My point is not so much about marriage, but when discussions between
privilege white women about their challenges of breaking corporate barriers and how their loving husband are duplicitous in their hindrance,( not how they oppress) gets a neutral and non critical platform as part of feminist discourse at a time when Corporations are becoming increasing predatory against poor and working class women, children, people of color, etc. This just seems part of a drifting of white feminist away from the humanist/justice core of feminism, towards tacit support for white supremacy

the women you are “featuring” are not talking about assuming a “Spook Who Sat By the Door” role, they are Corporate strivers and part of the problem. In my humble opinion, the article above belongs in some pro capitalist women’s business magazine, or Time Magazine, News Week, Fortune,Wall Street Journal,etc. unless there is a discussion about, what does it mean when a white women wants to assume leadership inside a white power structure that oppresses, every body else.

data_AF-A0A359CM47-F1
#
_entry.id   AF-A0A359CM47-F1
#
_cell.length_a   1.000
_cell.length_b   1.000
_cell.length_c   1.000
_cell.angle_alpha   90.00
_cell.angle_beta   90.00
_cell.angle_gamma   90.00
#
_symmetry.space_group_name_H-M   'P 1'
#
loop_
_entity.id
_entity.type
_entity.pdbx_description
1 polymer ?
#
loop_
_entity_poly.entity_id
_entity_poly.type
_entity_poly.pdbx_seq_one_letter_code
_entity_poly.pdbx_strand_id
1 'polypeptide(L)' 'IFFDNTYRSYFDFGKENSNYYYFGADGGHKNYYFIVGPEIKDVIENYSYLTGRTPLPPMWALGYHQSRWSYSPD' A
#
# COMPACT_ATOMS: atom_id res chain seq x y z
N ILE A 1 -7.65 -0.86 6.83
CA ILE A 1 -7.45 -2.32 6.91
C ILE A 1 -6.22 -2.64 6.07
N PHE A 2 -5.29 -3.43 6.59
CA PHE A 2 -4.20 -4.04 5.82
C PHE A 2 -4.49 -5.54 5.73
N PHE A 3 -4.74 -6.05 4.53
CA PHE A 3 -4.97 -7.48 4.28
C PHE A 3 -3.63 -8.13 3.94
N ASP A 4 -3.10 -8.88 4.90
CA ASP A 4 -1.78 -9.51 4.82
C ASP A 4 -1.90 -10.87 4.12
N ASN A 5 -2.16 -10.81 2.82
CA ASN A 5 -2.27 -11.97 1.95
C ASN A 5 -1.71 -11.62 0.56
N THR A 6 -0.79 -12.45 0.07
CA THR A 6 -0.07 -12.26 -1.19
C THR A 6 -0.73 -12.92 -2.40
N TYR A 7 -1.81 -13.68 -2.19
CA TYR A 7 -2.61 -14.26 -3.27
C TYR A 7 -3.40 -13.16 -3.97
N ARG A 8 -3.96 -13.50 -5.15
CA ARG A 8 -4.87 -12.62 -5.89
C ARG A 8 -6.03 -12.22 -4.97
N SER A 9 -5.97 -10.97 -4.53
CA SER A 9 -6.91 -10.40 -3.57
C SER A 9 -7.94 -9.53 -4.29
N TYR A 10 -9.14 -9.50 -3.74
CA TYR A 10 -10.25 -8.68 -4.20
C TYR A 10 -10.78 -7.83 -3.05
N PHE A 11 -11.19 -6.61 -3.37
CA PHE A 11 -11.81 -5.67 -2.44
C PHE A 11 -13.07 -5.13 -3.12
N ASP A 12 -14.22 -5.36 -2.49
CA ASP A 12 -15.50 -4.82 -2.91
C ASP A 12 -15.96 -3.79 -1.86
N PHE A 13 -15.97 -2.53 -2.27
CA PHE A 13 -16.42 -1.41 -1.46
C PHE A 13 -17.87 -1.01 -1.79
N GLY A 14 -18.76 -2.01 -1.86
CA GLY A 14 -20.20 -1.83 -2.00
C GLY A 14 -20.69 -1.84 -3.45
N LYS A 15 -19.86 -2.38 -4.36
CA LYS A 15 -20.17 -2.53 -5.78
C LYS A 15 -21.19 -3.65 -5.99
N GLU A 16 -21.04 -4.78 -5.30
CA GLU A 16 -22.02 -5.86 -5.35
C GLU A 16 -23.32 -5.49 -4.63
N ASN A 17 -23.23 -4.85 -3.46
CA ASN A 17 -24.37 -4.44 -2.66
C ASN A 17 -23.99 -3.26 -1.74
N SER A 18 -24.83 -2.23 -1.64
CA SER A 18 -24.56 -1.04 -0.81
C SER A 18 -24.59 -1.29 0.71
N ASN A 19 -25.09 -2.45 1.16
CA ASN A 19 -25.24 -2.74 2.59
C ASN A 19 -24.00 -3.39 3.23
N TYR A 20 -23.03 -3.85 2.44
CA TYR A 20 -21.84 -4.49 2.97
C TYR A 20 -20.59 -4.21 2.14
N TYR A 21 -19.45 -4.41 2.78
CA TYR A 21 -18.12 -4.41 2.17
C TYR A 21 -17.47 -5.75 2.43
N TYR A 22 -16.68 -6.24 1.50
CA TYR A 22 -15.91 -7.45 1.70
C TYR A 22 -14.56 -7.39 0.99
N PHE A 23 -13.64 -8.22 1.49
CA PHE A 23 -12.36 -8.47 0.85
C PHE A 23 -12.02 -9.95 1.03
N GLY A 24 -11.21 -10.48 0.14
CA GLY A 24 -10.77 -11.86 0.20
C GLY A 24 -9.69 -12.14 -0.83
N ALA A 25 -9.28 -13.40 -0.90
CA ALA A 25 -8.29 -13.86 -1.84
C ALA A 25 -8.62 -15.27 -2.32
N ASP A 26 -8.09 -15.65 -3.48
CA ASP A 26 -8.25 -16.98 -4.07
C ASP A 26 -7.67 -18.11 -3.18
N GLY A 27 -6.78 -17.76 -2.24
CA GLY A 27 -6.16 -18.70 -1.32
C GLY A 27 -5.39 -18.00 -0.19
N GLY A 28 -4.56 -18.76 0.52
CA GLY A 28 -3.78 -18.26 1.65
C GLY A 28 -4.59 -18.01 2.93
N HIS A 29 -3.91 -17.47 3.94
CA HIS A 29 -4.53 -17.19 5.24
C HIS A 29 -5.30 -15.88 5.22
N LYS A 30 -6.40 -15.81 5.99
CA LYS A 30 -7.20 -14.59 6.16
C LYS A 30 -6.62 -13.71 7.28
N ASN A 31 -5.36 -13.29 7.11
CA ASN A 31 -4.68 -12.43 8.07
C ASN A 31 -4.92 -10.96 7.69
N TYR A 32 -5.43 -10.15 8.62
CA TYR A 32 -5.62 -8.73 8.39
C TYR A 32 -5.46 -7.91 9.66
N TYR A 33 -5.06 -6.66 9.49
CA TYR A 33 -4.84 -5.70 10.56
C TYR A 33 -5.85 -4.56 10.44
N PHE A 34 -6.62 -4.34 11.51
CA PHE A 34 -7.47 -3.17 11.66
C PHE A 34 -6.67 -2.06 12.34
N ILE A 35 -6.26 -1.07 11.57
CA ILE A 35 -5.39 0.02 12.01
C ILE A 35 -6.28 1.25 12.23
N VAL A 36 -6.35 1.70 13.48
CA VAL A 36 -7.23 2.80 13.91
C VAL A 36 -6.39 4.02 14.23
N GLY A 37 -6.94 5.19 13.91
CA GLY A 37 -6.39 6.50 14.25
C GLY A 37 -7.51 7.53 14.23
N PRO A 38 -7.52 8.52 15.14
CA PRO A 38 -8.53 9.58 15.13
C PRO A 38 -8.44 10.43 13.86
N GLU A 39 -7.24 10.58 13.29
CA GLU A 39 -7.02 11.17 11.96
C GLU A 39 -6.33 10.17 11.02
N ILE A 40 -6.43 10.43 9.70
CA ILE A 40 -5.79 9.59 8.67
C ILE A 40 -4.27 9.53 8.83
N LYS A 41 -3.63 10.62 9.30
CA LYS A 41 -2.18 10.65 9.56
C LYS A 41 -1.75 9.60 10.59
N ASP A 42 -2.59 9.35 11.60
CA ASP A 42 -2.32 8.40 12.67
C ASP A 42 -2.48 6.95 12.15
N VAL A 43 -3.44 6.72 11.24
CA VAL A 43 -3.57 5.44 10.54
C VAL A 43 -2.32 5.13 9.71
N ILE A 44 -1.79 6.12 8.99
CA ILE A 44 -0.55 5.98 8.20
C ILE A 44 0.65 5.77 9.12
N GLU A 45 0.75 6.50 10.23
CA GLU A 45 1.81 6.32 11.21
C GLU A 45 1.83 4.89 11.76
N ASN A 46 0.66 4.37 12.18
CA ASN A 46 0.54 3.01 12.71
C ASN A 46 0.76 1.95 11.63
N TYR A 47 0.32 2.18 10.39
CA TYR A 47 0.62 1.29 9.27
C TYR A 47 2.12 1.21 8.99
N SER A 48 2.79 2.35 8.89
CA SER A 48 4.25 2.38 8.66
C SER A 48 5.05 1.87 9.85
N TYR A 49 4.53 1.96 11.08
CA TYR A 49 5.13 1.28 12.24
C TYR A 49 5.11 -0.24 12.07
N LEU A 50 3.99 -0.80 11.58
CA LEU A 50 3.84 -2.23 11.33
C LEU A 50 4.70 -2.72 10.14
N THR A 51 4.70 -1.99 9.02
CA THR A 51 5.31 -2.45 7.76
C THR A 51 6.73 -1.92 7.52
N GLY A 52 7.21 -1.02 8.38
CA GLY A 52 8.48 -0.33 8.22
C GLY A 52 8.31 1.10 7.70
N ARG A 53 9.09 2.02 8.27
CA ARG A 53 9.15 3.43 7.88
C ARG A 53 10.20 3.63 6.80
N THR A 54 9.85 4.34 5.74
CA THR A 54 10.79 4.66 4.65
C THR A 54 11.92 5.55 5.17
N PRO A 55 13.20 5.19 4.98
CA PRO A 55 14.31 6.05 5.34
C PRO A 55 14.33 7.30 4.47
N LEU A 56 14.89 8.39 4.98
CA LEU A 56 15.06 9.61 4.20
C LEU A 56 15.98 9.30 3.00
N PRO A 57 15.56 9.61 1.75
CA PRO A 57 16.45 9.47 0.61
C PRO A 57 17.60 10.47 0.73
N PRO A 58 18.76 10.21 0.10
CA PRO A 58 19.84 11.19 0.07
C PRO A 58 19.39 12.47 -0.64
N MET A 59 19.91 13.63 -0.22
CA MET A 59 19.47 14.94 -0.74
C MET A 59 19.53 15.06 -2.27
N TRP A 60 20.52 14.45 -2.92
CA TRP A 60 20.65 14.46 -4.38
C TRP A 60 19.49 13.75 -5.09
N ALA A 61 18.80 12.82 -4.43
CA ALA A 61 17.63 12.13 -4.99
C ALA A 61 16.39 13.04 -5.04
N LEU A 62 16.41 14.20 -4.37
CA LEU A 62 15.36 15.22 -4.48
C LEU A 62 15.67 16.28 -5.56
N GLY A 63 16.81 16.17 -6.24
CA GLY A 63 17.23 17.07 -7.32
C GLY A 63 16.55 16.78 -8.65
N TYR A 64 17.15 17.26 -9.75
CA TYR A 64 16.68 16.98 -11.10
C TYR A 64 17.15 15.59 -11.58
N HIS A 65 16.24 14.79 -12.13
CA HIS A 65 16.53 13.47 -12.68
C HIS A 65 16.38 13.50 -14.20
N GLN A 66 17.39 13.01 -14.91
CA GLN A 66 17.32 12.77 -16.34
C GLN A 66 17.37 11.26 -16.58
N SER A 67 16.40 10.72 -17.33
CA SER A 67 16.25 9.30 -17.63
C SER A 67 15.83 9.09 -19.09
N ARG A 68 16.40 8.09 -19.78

By: Feminist Avatar Thu, 28 Feb 2013 00:12:44 +0000 On the where’s the daddy’s issue – we don’t have any children, but my husband gave up his full-time, permanent job to follow me to another country and a temporary contract. He was then unemployed for 5 months before getting a 0.5 gig, and finally over a year later getting a full-time, permanent job in the same industry as he left. He is much more transportable than me though, so it does help. I guess this makes it feel easier to justify ‘following’ me, but ultimately it’s also because he wants me to succeed as much as I do.